You see we begin to realize the Pharisees were very meticulous. Have you ever seen a mint leaf? It's a tiny little thing, aren't they? They're tiny. How about the rue? The rue was a plant like a dill plant. So Christ isn't referring even to the leaves on the dill, He's referring to all those little seeds and if any of you have ever canned before, you put the dill seed in the pickles or whatever you want to pickle, you put it in whatever, the beets, right? You put all those little seeds in. Well these Pharisees were being so meticulous and counting out every little seed. How many seeds are on a dill plant? There could be hundreds or thousands and yet they're going to sit there and they're going to count out. Imagine if you have a thousand, you have to count out a hundred of those so that you could tithe appropriately. So here Christ is pointing to that. He said yes you should tithe, but the bigger picture is, you can't pass by justice, you'd better be loving because that principle is so much more important and so this first woe deals with missing the big picture because they missed it. The Pharisees missed the big picture, they got the fact that we have to tithe of these little plants of mints and these little seeds of the dill, the rue, but they missed justice, they missed kindness, they missed mercy, they missed love and can you picture Christ calling out, can you picture Christ saying this? Hold you place here in Luke, go over to a parallel passage over in Matthew. Matthew 23:23 Matthew 23:23Woe to you, scribes and Pharisees, hypocrites! for you pay tithe of mint and anise and cummin, and have omitted the weightier matters of the law, judgment, mercy, and faith: these ought you to have done, and not to leave the other undone.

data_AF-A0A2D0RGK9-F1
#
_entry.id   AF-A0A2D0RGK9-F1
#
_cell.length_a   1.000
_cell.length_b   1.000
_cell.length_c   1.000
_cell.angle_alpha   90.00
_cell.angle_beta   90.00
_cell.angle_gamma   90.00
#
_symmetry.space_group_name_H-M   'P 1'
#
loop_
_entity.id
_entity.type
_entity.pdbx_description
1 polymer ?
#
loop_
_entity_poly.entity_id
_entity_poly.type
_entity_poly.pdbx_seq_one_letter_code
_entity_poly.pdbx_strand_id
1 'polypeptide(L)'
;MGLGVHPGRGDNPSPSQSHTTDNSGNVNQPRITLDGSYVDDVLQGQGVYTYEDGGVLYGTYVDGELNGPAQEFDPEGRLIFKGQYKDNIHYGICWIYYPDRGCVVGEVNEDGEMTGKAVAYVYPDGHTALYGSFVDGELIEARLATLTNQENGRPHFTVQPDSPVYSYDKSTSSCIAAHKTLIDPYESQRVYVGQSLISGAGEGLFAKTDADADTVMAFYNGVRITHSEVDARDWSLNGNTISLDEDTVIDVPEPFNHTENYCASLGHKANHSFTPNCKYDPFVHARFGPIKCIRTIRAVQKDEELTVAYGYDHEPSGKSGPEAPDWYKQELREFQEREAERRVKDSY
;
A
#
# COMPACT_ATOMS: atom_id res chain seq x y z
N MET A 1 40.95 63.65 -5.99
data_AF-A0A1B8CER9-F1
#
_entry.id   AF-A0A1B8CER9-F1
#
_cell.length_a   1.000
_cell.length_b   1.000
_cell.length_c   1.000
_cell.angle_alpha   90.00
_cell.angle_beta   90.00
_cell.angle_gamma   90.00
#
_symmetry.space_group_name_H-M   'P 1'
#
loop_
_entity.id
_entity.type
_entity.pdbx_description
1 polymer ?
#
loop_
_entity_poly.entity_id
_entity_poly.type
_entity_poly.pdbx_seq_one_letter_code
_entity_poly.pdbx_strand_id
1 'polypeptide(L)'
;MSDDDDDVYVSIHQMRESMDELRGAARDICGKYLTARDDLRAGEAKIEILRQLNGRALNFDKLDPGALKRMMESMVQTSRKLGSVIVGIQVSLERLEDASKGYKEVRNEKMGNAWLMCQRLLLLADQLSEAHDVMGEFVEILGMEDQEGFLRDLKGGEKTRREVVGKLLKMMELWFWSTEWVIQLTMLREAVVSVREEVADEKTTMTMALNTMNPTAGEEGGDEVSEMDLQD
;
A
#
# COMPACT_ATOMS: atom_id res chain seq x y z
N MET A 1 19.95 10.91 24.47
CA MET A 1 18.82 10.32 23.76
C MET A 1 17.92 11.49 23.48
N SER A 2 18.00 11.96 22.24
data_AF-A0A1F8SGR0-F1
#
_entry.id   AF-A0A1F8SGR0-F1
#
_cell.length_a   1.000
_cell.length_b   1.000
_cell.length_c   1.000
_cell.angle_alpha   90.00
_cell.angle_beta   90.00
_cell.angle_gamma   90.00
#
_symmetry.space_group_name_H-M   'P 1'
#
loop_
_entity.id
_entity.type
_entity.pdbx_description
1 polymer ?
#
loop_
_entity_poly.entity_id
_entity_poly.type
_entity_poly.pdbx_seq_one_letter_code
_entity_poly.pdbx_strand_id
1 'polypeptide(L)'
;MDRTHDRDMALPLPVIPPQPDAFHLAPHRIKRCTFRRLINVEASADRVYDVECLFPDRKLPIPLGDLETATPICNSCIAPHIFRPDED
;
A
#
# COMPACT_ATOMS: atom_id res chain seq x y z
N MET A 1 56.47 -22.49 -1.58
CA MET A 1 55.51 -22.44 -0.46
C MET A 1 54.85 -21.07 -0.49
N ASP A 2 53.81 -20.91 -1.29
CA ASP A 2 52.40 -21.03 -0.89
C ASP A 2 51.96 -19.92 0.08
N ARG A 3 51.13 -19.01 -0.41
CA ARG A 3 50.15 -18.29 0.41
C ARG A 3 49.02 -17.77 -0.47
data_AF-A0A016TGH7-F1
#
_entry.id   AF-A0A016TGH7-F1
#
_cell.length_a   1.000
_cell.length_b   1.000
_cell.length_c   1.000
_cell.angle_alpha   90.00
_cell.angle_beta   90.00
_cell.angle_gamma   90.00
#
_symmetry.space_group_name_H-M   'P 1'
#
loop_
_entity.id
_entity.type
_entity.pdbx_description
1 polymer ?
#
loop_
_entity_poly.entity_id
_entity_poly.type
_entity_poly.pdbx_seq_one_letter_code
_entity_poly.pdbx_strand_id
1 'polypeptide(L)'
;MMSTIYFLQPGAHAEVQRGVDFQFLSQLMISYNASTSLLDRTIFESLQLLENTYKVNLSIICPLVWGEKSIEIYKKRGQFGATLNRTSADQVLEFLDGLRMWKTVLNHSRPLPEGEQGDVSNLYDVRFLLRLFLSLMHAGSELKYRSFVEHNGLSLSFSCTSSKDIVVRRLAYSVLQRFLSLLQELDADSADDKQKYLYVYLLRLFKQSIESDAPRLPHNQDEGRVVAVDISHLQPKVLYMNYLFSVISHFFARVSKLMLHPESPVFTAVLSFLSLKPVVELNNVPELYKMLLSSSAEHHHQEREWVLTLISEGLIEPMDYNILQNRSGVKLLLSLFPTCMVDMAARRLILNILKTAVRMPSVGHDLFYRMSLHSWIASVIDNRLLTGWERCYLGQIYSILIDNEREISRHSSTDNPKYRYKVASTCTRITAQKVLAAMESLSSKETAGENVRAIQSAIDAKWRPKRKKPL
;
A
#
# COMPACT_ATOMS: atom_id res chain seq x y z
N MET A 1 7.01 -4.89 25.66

American King James Version×, a parallel passage to this says it a little bit differently.
Matthew 23:23 Matthew 23:23Woe to you, scribes and Pharisees, hypocrites! for you pay tithe of mint and anise and cummin, and have omitted the weightier matters of the law, judgment, mercy, and faith: these ought you to have done, and not to leave the other undone.
American King James Version× "Woe to you scribes and Pharisees, hypocrites! For you pay tithe of mint and anise (there's that dill) and cumin and have neglected the weightier matters of the law. Now you're doing these physical things but you're missing the spiritual application you're missing:
justice and mercy and faith. These you ought to have done."
Yes, you've got to have these spiritual characteristics in your life and by the way don't forget, yes you do have to tithe, that is a requirement, don't leave that undone. But He says, you're someticulous, He says:
Verse 24: "Blind guides, who strain out a gnat and swallow a camel."
So they strained out every single little duty, but they missed the biggest; they swallowed a camel size offense against their brother. Are we like that? You see Christ is making a point, don't miss the big picture. If you claim to love God, you'd better love people. You'd better serve people. Loving God and loving people go hand and hand, you can't separate those out. The Pharisees were trying to separate the clean from the unclean people, but God says it's through Jesus Christ here, you love God, you'd better love people, you'd better love them.
Over in Mark 12:28 Mark 12:28And one of the scribes came, and having heard them reasoning together, and perceiving that he had answered them well, asked him, Which is the first commandment of all?
American King James Version×we see an example of one of the scribes that came and they asked Christ what's the first commandment? What's the greatest commandment of all? They weren't really asking the question because they wanted an answer, they were trying to trick Him, trying to fool Him, trying to catch Him in a trap so they could accuse Him. But what did Christ say?
Mark 12:29 Mark 12:29And Jesus answered him, The first of all the commandments is, Hear, O Israel; The Lord our God is one Lord: